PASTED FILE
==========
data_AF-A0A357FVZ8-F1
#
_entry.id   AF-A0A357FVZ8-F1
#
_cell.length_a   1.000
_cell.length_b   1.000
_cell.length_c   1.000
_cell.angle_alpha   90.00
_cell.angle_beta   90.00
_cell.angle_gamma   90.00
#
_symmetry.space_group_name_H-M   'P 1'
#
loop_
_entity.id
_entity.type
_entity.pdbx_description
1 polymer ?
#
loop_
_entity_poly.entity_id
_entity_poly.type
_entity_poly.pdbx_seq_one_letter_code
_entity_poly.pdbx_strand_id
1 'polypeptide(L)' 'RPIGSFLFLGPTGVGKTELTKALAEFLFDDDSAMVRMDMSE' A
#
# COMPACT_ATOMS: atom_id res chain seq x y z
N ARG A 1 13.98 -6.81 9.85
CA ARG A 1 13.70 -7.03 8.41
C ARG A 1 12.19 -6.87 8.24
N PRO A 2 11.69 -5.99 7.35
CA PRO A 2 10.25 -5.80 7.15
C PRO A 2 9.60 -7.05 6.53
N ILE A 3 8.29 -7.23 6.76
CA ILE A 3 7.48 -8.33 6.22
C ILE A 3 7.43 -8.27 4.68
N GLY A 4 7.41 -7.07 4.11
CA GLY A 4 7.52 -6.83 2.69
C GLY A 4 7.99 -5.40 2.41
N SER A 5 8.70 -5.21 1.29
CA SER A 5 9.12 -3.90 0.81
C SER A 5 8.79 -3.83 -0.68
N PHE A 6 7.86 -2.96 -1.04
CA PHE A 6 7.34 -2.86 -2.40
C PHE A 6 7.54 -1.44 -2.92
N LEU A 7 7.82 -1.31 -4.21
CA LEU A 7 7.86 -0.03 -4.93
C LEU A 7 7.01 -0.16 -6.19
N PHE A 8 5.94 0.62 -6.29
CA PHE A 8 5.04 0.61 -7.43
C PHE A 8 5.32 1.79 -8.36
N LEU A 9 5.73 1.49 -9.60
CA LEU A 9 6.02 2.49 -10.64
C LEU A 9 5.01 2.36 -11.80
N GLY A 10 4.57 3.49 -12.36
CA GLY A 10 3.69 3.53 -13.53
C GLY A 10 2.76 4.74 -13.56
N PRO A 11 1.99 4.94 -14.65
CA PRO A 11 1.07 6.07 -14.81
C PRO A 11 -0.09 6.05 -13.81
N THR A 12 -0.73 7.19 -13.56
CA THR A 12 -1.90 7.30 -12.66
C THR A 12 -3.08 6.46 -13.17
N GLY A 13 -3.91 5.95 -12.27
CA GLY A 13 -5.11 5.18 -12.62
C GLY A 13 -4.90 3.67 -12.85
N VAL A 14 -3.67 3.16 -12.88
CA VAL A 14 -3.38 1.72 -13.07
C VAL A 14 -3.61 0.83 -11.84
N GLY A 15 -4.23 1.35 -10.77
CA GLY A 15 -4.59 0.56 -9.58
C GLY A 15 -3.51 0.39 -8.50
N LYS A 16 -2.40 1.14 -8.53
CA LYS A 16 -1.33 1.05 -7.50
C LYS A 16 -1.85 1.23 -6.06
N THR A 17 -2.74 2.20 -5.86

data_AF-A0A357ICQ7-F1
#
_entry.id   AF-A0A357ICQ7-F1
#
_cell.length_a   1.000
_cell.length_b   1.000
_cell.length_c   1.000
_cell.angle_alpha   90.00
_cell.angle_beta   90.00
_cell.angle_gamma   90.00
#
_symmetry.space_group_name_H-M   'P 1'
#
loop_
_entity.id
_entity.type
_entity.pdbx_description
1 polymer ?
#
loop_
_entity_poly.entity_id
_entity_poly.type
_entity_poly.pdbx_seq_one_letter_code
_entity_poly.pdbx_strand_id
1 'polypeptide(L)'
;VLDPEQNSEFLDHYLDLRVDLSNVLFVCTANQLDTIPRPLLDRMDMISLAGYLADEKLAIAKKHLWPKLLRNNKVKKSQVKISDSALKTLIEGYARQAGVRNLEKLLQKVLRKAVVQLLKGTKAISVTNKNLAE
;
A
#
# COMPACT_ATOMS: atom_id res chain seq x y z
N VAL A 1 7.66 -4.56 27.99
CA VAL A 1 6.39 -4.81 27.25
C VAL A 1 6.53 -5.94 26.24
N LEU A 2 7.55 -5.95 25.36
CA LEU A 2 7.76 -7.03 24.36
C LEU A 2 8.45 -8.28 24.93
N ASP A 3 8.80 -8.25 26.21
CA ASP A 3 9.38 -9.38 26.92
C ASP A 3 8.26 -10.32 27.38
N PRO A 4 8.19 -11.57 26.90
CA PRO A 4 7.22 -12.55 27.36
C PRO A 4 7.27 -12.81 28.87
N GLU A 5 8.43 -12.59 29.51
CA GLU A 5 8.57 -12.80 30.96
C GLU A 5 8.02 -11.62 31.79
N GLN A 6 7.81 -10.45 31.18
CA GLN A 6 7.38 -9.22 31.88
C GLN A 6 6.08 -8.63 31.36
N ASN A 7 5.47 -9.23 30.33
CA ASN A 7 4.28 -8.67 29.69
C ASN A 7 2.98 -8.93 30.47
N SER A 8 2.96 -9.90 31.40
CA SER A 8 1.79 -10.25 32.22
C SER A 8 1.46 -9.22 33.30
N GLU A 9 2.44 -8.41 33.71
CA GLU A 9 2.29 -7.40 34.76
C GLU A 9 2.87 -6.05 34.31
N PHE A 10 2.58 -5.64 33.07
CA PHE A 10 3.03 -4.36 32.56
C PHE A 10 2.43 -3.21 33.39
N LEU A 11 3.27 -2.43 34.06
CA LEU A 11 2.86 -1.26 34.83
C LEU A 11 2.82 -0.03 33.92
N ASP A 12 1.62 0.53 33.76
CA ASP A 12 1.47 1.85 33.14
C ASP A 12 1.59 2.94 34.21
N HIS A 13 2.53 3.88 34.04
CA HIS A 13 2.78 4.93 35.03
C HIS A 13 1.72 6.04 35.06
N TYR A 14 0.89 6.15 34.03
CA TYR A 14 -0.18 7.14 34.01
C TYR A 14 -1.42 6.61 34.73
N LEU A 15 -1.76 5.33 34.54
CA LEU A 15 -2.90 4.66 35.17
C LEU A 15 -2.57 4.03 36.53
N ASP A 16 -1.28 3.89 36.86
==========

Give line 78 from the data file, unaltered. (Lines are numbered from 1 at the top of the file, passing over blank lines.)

#